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3/22/2018 12:15:00 PM
The robot that's teaching kids to code
STEM Education,Programmable Robot,Programming Education
App Developer Magazine
The robot thats teaching kids to code


The robot that's teaching kids to code

Thursday, March 22, 2018

Richard Harris Richard Harris

Programmable robot from robots4STEM is now in our schools to help garner interest in STEM.

Jett, a coding and programming robot designed for students of all ages, started school this week. The 22-inch-tall, 12-pound interactive learning companion is already teaching students in Texas and New Jersey the critical skills needed to ignite a lasting interest in STEM - without requiring teachers to change a single lesson plan.

Jett gives students the thrill of teaching their own robot to walk, wave and smile. “robots4STEM is showing kids the future of education, not just the boring stuff,” said Tonya Haddox, principal at Cedar Hill ISD Middle School in Cedar Hill, Texas. “It’s hands on and interactive, and they’re getting to do real-world things.”

Jett directly tackles one of the biggest challenges in STEM education, and ultimately the workplace: the critical shortage of students who say they want to pursue careers in technology. Just 16 percent of high school students said they’re interested in STEM-related careers, according to the U.S. Department of Education. Meanwhile, studies show that early exposure to STEM learning is directly connected to a sustained, long-term interest.

“We know how important STEM learning is, particularly at early grade levels, but historically it hasn’t been easy to implement into an already packed school year,” said Dr. Gregory Firn, who spent 30 years in education positions ranging from school principal to district superintendent, and is now chief operating officer of robots4STEM. “Jett gives us a whole curriculum of ready-made lessons without requiring teachers to become coders.”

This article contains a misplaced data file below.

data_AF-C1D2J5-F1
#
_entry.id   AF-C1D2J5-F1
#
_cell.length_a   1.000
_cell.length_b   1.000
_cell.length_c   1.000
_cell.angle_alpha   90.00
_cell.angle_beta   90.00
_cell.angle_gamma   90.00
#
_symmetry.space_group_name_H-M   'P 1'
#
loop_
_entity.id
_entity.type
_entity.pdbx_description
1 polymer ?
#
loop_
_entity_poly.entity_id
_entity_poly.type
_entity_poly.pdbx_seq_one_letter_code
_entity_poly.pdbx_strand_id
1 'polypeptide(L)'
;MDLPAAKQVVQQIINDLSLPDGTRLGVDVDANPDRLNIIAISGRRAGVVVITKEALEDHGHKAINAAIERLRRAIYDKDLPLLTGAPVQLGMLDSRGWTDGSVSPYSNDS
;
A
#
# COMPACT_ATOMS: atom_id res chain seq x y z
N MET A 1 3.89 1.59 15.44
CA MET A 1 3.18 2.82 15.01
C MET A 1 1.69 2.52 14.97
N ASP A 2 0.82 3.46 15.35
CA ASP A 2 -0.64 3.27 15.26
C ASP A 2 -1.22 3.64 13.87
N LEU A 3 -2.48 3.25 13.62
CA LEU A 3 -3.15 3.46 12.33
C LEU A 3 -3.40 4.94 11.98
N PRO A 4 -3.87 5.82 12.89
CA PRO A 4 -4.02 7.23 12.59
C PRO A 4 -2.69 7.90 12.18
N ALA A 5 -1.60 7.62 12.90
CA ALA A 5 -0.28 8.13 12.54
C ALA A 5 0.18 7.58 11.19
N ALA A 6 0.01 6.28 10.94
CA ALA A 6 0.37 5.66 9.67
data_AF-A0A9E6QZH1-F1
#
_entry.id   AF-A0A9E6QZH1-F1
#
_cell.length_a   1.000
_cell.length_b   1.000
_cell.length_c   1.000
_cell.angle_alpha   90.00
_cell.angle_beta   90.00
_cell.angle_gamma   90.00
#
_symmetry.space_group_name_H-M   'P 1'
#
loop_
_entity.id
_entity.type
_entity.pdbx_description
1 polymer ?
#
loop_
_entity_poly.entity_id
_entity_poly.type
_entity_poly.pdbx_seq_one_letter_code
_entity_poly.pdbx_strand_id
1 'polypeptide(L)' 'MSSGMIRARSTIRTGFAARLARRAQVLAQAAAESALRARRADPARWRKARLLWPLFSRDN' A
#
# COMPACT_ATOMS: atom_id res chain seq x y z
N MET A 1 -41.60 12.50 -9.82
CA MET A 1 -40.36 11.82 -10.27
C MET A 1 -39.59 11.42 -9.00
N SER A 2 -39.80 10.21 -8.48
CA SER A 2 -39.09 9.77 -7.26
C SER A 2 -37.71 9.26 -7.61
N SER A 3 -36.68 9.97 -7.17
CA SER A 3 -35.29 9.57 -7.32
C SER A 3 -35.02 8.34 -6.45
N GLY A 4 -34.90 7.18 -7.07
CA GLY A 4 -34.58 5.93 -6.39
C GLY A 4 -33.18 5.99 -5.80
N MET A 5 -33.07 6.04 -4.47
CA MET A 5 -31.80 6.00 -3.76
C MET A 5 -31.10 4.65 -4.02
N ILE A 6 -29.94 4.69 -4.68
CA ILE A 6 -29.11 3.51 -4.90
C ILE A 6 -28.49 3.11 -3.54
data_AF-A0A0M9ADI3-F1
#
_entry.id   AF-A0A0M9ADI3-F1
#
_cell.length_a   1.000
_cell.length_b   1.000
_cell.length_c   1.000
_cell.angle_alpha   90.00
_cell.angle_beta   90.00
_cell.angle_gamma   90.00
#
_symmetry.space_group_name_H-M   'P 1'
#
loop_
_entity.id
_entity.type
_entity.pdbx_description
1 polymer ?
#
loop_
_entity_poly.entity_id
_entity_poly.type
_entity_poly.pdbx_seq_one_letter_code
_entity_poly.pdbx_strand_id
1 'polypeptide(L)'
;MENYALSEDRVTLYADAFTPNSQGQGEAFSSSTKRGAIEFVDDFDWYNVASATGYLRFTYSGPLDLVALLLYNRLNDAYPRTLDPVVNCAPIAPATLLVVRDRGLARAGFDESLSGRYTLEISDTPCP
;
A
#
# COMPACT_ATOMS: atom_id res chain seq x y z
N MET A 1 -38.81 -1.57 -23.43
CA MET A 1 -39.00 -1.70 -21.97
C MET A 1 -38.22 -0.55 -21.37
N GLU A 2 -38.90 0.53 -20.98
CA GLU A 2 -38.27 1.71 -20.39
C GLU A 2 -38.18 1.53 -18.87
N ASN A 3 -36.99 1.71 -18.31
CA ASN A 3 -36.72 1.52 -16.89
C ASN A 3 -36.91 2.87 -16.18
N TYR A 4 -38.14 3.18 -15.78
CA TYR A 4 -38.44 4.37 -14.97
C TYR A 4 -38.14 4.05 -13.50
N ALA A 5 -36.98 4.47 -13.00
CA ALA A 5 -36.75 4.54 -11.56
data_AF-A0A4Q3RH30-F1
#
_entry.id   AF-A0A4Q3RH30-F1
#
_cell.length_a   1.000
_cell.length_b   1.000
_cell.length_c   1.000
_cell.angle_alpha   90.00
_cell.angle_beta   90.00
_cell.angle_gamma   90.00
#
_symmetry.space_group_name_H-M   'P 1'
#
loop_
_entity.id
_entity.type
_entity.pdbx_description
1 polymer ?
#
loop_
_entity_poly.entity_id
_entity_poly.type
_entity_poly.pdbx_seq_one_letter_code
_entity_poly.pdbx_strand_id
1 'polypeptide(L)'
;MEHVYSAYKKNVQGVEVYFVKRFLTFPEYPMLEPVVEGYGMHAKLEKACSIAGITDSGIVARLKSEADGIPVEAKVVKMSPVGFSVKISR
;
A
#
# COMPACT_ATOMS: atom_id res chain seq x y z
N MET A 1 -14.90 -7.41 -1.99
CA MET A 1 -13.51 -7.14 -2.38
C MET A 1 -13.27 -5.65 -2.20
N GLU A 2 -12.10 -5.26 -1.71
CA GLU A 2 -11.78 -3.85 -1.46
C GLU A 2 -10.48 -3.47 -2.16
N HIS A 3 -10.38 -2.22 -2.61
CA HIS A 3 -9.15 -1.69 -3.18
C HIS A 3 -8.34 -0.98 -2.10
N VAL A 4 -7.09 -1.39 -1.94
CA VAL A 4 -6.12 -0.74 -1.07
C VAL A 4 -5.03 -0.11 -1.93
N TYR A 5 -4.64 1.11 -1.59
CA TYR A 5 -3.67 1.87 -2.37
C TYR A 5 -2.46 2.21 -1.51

Jett delivers a continuum of learning, starting with simple lessons progressing to complex topics, and lets children work at their own pace. Each student programs a virtual avatar that can look like Jett; when the code on-screen is correct, the student sends the commands to the robot, which executes on what it’s been told to do. Jett also looks like the students it serves. Both the avatar and Jett are customizable; the gender, hair and skin can be changed based on several options to match the audience it serves.

“Jett is so much more accessible than typical STEM activities like robotics competitions - which are great, but tend to happen in later grades,” said Firn. “We’re empowering all students to be agents of their own education. With Jett, underserved groups like girls, rural residents and minorities have the equal access to coding and STEM that they deserve.”

Jett is also intentionally affordable, and the tiered pricing model serves entire districts, grade bands or single grade levels. Jett and the robots4STEM curriculum provides unlimited, 24/7/365 access for as low as $17.50 per student per year, ensuring the program is available to students in all school districts. Most importantly, the students enjoy the lessons they learn from Jett.

“As they figure out more about the robot and what it can do, it’s definitely stirred some excitement in the kids,” said Clayton Mills, teacher at Cedar Hill ISD Middle School. “And having them see what they can produce is super beneficial, the kids have just reacted great to it.”

Jett’s standards-based curriculum pulls from the University of California at Berkeley’s Snap! early programming language. Students can learn at their own speed and from any location - during the school day, before or after class, from home, or as part of an extracurricular group.

“Our goal is to empower all children - especially traditionally underserved groups - by encouraging learner agency, which builds their confidence and capacity for independent thought,” said Firn. “In this way, we’re taking the burden off the educator, who plugs the program into the existing lesson plan and then becomes an activator and co-creator in the student’s journey.”

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